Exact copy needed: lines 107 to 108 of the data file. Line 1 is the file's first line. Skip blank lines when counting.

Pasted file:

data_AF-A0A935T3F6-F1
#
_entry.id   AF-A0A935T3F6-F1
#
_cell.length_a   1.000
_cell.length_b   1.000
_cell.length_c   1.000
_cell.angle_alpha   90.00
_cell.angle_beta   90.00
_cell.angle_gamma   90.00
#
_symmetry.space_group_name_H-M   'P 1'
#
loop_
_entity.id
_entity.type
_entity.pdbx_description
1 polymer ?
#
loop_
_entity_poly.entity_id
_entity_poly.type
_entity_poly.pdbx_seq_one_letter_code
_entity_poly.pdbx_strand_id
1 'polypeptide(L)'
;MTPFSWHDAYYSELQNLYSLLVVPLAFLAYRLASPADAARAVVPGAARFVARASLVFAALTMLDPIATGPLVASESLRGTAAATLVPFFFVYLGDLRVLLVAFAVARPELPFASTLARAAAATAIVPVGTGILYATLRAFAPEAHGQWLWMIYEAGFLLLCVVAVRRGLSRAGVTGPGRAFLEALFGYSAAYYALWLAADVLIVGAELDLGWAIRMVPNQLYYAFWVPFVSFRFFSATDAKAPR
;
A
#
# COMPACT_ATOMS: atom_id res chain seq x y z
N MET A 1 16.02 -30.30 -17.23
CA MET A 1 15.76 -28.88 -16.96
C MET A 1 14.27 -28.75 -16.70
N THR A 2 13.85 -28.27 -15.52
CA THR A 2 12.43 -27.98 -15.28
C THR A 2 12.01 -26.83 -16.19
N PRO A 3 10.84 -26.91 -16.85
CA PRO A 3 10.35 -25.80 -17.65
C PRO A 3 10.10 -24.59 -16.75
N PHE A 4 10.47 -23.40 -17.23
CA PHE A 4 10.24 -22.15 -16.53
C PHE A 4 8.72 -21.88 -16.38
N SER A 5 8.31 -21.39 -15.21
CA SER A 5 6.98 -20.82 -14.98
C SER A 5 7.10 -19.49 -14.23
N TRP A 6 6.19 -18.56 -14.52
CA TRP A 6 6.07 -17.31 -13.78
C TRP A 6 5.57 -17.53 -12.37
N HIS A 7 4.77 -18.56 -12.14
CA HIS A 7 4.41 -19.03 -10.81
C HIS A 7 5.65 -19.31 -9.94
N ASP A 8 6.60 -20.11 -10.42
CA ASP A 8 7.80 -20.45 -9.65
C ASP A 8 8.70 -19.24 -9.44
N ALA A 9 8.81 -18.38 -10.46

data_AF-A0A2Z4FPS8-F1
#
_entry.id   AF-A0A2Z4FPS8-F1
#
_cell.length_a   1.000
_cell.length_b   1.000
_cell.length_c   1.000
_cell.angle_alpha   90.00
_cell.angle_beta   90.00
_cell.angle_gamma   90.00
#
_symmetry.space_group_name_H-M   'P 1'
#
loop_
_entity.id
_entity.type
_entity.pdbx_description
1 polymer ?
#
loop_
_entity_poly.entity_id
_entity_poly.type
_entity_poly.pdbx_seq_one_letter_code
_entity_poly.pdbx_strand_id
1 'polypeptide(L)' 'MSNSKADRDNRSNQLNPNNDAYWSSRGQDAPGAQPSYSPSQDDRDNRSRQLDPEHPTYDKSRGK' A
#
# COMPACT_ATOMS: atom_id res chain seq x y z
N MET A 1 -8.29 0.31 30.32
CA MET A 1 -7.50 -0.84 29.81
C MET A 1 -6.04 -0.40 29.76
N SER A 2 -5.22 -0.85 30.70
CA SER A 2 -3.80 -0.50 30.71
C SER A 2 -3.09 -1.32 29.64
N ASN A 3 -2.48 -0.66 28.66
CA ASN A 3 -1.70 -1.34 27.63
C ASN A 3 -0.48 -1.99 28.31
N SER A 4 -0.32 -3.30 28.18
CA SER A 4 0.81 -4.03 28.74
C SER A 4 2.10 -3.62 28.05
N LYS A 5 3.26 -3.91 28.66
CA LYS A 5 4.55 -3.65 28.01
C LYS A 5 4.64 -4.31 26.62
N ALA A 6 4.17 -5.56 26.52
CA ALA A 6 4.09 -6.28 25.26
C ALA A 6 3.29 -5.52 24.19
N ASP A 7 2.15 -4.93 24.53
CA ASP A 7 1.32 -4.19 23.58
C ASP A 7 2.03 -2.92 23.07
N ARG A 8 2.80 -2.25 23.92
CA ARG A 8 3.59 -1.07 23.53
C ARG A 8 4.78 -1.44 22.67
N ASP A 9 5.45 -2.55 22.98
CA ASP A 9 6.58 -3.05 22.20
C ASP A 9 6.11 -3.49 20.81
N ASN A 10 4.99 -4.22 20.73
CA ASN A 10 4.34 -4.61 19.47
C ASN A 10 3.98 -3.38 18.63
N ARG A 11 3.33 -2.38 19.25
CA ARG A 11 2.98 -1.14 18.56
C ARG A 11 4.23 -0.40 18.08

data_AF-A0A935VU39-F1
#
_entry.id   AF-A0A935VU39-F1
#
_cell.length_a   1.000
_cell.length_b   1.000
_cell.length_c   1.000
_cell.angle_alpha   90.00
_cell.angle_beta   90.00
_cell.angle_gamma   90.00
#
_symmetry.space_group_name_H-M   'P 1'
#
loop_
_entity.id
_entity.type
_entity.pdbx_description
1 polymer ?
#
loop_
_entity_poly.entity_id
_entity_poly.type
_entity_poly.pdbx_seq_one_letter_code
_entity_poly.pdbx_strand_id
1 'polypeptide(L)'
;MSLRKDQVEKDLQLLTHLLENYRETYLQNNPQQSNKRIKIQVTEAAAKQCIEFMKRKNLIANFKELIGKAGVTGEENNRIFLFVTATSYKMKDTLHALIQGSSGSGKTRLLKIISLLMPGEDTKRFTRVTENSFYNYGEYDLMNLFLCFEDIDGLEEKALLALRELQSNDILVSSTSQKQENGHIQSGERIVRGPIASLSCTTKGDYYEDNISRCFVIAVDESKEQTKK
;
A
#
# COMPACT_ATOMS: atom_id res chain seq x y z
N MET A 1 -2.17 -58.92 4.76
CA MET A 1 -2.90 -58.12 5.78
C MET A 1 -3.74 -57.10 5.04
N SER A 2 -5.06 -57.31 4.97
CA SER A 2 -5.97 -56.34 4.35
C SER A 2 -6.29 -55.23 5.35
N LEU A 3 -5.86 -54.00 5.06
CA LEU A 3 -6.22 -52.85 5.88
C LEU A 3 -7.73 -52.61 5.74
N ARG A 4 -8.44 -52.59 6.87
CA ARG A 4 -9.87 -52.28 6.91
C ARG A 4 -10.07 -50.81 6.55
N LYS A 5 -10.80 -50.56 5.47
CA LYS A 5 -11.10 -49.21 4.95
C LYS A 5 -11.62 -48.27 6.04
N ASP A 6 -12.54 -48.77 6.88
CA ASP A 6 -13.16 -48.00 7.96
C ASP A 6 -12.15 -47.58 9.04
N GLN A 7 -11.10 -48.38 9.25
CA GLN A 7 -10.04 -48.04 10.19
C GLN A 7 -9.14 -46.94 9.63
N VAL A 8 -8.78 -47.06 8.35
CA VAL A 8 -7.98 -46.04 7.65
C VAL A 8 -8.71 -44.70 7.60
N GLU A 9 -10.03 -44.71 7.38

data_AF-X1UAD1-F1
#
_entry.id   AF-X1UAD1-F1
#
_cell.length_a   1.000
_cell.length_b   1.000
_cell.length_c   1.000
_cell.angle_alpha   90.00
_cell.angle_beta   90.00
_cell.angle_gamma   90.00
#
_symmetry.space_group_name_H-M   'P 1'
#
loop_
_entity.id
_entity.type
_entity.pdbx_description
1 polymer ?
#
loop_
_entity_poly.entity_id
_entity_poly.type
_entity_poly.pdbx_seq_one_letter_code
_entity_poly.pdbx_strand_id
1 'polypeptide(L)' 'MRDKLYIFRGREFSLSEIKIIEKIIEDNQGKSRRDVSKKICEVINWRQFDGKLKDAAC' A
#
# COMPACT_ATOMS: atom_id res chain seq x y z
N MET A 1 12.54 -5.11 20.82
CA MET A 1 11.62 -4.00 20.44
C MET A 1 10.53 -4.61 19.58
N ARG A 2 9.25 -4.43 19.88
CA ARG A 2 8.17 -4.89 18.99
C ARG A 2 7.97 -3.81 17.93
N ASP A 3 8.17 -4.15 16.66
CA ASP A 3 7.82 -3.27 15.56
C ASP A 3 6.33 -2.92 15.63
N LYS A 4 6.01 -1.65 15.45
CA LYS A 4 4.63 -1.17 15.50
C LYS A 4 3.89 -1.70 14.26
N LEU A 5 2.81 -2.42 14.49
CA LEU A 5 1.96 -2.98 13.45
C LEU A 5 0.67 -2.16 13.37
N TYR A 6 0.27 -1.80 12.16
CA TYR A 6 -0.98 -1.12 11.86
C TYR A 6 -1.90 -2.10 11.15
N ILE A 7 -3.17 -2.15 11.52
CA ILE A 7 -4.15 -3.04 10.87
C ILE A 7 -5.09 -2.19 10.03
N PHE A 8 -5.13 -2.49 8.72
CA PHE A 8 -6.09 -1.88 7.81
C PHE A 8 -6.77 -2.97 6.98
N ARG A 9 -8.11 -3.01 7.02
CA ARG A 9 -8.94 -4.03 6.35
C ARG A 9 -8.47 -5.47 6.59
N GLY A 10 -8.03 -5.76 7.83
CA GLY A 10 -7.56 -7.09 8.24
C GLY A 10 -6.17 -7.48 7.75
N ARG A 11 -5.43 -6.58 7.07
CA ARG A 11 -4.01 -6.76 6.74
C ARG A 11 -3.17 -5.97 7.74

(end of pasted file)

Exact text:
N ASP A 9 5.45 -2.55 22.98
CA ASP A 9 6.58 -3.05 22.20